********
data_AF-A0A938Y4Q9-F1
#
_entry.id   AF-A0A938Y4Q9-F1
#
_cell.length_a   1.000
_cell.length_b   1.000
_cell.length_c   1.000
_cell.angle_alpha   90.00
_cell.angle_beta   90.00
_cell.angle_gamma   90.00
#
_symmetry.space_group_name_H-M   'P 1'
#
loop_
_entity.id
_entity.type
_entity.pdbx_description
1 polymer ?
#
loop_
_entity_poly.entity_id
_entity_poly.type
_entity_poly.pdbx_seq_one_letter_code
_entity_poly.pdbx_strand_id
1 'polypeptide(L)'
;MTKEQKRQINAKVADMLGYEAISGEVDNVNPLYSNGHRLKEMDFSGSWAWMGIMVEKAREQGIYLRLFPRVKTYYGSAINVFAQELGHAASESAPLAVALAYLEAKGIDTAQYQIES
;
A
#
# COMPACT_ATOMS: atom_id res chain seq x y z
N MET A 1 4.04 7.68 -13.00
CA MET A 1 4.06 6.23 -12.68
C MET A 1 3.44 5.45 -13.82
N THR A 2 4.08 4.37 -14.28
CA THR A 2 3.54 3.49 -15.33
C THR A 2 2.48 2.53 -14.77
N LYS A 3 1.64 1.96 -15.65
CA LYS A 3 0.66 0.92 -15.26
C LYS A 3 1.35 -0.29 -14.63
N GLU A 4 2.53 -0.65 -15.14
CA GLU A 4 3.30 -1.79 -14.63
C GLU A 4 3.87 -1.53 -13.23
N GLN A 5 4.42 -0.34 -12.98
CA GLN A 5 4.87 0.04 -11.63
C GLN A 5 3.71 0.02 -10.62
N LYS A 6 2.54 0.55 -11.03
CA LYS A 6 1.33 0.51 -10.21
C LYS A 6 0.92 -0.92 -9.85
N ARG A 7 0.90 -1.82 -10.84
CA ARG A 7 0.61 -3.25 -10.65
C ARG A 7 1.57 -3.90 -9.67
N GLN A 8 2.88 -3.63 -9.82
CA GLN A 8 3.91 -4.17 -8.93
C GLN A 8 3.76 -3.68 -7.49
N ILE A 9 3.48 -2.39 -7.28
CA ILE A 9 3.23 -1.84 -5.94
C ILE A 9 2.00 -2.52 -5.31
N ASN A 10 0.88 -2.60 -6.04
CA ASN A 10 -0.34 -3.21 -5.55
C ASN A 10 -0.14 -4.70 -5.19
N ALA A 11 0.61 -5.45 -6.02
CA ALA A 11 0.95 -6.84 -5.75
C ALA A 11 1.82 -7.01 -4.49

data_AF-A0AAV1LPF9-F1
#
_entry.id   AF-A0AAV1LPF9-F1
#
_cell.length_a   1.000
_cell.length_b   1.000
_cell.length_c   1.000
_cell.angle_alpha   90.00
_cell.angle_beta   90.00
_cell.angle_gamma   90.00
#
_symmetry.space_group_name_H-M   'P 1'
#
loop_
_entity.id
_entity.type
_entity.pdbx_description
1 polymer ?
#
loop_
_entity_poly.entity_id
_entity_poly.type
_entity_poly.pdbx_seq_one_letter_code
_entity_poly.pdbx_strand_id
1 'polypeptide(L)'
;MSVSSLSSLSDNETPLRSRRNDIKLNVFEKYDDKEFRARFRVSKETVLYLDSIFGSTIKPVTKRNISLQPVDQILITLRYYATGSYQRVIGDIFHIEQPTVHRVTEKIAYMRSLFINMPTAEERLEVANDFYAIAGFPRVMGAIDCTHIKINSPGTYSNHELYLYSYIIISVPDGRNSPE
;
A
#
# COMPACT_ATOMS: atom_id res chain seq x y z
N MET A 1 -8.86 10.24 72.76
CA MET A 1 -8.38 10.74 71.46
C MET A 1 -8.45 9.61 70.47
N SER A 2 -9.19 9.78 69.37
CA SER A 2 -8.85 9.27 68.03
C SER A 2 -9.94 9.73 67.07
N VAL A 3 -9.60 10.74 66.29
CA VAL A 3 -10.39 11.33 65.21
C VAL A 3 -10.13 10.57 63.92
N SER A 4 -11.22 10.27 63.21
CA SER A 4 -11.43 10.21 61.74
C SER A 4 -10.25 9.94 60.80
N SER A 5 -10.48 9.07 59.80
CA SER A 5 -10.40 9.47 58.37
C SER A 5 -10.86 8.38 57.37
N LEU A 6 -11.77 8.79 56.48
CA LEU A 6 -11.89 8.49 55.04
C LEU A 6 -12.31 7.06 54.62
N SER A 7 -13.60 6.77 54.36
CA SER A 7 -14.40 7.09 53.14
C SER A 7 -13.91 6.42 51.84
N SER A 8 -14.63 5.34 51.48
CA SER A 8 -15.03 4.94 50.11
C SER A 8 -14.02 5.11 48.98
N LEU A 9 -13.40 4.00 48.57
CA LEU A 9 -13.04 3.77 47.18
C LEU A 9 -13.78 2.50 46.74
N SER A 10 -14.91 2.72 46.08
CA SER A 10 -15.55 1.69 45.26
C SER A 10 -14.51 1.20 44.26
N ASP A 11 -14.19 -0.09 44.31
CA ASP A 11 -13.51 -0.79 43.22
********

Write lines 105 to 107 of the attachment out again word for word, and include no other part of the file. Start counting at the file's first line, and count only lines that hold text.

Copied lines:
C SER A 4 -10.25 9.94 60.80
N SER A 5 -10.48 9.07 59.80
CA SER A 5 -10.40 9.47 58.37